For oysters, growth lies beyond Christmas

By

Lindsey Partos, SeafoodSource contributing editor, reporting from Paris

Published on
November 19, 2009

Christmas time is boom time for oyster sales in France. But a new report suggested that packaging, kits and education could unlock French oyster sales during the rest of the year.

Administered by FranceAgriMer, the country’s agriculture and fisheries agency, the report polled 800 adult French consumers nationwide to identify ways the oyster industry could encourage occasional oyster eaters to increase their consumption.

“Industry should not rob oysters of their originality but offer consumers the possibility to increase the number of occasions they can enjoy and profit from the emotions that this unique product offers,” said the report.
 
With three-quarters, or 90,000 metric tons, of the country’s annual oyster sales occurring at Christmas time, the industry is faced with the challenge of sparking demand throughout the entire year.

The report points to a range of potential solutions, including greater visibility and more attractive packaging. “Even decorating and creating a specific atmosphere” could feed into the romantic yet natural image associated with oysters, said the report.

Educating the consumer at the point of sale — such as teaching them how to handle, prepare and shuck oysters — is another area for improvement, suggested the report.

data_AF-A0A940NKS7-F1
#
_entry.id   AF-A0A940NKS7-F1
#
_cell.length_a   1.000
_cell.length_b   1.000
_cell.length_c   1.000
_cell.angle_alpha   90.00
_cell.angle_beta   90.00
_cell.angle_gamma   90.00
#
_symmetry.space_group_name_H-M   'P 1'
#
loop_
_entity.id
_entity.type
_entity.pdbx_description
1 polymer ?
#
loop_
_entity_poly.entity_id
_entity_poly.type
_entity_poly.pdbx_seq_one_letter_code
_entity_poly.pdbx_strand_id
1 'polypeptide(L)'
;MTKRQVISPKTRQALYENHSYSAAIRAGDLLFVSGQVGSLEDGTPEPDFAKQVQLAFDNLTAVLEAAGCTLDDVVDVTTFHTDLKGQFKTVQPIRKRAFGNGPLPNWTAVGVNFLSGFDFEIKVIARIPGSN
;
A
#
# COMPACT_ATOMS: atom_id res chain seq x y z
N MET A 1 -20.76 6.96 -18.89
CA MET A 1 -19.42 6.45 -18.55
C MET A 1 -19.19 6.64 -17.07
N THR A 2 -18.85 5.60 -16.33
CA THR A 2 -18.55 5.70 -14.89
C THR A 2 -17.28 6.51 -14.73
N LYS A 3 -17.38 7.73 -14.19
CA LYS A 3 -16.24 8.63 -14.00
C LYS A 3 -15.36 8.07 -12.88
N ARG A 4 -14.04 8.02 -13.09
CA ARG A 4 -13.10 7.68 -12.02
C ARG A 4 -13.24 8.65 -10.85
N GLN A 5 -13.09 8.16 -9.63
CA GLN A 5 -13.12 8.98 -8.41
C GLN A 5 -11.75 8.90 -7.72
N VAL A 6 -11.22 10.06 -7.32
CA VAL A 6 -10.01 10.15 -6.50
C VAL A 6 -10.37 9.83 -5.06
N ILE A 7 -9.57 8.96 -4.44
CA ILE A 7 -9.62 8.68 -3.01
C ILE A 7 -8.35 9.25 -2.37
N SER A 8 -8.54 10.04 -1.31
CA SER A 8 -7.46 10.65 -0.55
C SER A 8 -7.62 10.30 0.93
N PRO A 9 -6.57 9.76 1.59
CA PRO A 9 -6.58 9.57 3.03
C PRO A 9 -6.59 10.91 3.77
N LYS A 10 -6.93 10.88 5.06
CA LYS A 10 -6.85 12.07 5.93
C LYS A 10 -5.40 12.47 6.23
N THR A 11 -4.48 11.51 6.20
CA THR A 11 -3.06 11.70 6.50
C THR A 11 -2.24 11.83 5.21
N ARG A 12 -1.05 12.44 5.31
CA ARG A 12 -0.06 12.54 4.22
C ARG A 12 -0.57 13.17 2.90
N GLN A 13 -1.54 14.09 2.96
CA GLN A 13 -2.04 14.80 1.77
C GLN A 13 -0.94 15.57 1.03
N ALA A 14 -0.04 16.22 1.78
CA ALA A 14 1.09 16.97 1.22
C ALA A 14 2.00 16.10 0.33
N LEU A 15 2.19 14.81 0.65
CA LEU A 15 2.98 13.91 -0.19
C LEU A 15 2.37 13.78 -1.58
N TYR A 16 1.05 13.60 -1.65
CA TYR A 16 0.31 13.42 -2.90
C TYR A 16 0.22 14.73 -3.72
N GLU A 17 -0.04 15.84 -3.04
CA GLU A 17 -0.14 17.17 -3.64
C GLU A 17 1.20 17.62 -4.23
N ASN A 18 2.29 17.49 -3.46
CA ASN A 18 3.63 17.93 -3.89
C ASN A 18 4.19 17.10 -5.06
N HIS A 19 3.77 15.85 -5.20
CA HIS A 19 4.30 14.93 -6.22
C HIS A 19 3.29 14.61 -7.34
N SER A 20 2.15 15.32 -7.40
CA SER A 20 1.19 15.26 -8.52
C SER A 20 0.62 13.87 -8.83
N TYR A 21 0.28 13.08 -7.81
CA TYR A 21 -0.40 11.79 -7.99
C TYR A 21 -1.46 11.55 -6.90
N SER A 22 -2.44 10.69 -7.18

Additionally, tapping into the growing trend in France for kitchen aids, the study suggested packaging oysters in “kits” with different types of oysters, accompaniments such as wine, bread and butter, and utensils.

The study set out to identify the consumer’s principal motivations behind oyster consumption, elaborate on the key barriers to consumption and investigate how oysters match up against other festive foods — such as foie gras and smoked salmon.

Globally, the study recommended that the industry boost demand by enhancing oysters’ image in two ways: First, by tapping into its image as a luxurious product, oysters could be marketed during special occasions. For example, Valentine’s Day is an ideal occasion to promote oysters.

Second, marketing oysters’ regionality, purity and simplicity is another ideal way to ignite demand, suggested the report.

“With this in mind, the idea of an oyster festival at the beginning of autumn could also bring gains,” said the report.

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